With Sayles’s direction–he doesn’t really get going until the third act in a lot of ways, his earlier moments of accomplishment are just his knowledge of making a film work on a small budget. How do you show you’re in a busy schoolyard without a big budget? Sound. The first three-quarters of the film is Sayles using his filmmaking skills to make the 1967 setting work flawlessly. In the end, he finally gets some moments of actual human interaction, instead of superficial movie ones, and–even with Arquette–it works.

Baby It’s You starts with Sayles’s name and some anachronistic use of Bruce Springsteen (for Vincent Spano’s big scenes, which is an artistically interesting move but distracting and unsuccessful). It feels like it might be Sayles, but then it gradually becomes clear it is not. Sayles knows what to do with Arquette’s character and the moments with her group of friends in high school reveal where the film could have gone… but with Spano, Sayles is lost.

The film concerns Arquette’s relationship with high school oddball (not quite thug, not quite not) Spano as she leaves working class New Jersey for Sarah Lawrence. The acting is a big problem, but not the film’s biggest. Sayles really doesn’t know what to do with Spano… maybe because the character remains opaque to the viewer until the third act, but maybe because the story just isn’t interesting. I lost count of how many times I wondered why these characters’ experiences were worth my hundred minutes. Not a concern I tend to have with Sayles, who can take it from one end of the spectrum to the other. Baby It’s You doesn’t really participate in that spectrum. It’s in a whole different one–the one where Rosanna Arquette shows up in a movie.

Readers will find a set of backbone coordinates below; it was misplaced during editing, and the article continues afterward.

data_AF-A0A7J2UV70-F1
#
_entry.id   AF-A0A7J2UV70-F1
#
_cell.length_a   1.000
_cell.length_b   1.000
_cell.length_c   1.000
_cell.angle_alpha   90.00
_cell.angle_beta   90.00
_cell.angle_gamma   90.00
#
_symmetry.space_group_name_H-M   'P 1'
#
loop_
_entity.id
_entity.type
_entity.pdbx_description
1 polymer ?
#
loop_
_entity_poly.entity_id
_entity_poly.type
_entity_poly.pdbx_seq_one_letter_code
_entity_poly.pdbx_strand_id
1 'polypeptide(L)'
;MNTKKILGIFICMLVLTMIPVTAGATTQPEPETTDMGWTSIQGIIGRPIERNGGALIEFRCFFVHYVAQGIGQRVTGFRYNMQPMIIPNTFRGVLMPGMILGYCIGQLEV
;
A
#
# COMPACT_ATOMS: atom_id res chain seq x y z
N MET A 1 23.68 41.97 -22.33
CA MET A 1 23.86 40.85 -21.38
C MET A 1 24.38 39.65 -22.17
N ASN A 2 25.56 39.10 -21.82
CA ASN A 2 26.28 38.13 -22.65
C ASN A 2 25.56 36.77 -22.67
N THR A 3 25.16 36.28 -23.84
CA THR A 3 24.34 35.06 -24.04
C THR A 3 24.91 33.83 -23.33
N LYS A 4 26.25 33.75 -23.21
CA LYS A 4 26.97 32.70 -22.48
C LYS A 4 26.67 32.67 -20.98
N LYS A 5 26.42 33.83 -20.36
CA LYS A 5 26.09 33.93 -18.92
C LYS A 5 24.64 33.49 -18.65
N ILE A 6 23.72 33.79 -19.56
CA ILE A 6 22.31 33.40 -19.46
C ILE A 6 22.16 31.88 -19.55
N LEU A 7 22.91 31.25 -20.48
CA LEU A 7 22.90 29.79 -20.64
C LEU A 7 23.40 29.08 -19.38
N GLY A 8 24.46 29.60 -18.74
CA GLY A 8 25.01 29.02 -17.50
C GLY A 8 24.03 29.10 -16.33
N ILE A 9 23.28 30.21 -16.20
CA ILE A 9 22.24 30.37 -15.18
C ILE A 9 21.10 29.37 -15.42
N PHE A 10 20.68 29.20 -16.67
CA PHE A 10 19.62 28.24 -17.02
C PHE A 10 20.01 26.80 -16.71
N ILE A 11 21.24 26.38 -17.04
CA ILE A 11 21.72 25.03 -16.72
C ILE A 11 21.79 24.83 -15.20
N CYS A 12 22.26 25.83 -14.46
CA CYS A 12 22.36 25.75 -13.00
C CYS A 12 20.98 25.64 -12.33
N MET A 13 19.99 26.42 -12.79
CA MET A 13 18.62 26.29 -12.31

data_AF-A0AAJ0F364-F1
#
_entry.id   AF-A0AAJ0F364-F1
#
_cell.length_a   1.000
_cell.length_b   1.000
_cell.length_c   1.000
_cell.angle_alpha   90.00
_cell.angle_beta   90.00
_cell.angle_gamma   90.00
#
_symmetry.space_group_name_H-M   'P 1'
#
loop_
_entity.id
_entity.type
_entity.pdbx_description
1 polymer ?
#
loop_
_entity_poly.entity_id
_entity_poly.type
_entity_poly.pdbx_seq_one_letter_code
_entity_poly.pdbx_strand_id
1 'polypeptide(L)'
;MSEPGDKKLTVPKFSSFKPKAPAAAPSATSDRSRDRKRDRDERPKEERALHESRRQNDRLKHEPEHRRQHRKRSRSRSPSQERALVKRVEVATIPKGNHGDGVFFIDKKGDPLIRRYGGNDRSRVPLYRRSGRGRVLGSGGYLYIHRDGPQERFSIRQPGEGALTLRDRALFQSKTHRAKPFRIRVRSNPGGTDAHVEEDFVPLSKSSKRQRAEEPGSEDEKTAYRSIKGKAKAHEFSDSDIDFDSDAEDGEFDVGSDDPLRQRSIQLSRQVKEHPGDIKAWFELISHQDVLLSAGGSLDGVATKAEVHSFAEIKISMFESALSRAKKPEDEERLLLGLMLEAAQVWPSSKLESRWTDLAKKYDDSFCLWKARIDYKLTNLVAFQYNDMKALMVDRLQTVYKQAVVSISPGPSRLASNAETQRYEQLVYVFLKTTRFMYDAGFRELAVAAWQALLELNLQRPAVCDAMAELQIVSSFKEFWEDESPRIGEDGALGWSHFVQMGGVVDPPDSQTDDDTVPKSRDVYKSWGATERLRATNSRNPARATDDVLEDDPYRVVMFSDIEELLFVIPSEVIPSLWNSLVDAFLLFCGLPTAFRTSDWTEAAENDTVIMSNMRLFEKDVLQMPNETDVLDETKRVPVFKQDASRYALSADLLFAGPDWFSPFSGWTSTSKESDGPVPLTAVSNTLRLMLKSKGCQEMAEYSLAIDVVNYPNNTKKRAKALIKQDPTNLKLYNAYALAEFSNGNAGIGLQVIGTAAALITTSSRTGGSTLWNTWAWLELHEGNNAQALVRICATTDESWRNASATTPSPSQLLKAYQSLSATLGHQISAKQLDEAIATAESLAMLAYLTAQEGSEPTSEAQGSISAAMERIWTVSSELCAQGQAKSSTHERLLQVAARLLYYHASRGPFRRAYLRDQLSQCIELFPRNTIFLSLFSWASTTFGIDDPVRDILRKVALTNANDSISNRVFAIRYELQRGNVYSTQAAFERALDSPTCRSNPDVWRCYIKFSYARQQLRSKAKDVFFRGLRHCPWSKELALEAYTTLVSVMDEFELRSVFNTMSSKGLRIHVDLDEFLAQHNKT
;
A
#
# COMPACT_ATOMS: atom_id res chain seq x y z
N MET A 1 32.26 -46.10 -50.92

Matthew Modine has a small role in Baby It’s You. At this point in Modine’s career, he was a young Hollywood actor on his way up (he got washed away by the Brat Pack). It’s a John Sayles movie with Hollywood politicking. Sayles doesn’t do well with it.

Actually, Modine’s good, probably giving the second best performance–Tracy Pollan’s quite good as one of Arquette’s college classmates. Bill Raymond’s also good in a small role.

Spano isn’t terrible, but he’s visibly out of his depth. Sayles’s script asks him for the impossible–the character’s just too vague. Arquette either gets a little better at the end or she’d just killed enough of my brain cells I didn’t care anymore.

I’ve been wanting to see Baby It’s You for about twelve years.

I could have waited.

1.5/4★½

CREDITS

Directed by John Sayles; screenplay by Sayles, based on a story by Amy Robinson; director of photography, Michael Ballhaus; edited by Sonya Polonsky; production designer, Jeffrey Townsend; produced by Griffin Dunne and Robinson; released by Paramount Pictures.

Starring Rosanna Arquette (Jill Rosen), Vincent Spano (Sheik), Joanna Merlin (Mrs. Rosen), Jack Davidson (Dr. Rosen), Nick Ferrari (Mr. Capadilupo), Dolores Messina (Mrs. Capadilupo), Leora Dana (Miss Vernon, Teacher), Bill Raymond (Mr. Ripeppi), Sam McMurray (Mr. McManus, Teacher), Liane Alexandra Curtis (Jody, High School Girl), Claudia Sherman (Beth, High School Girl), Marta Kober (Debra, High School Girl), Tracy Pollan (Leslie, College Girl), Rachel Dretzin (Shelly, College Girl), Susan Derendorf (Chris, College Girl), Frank Vincent (Vinnie), Robin Johnson (Joann), Gary McCleery (Rat) and Matthew Modine (Steve).


RELATED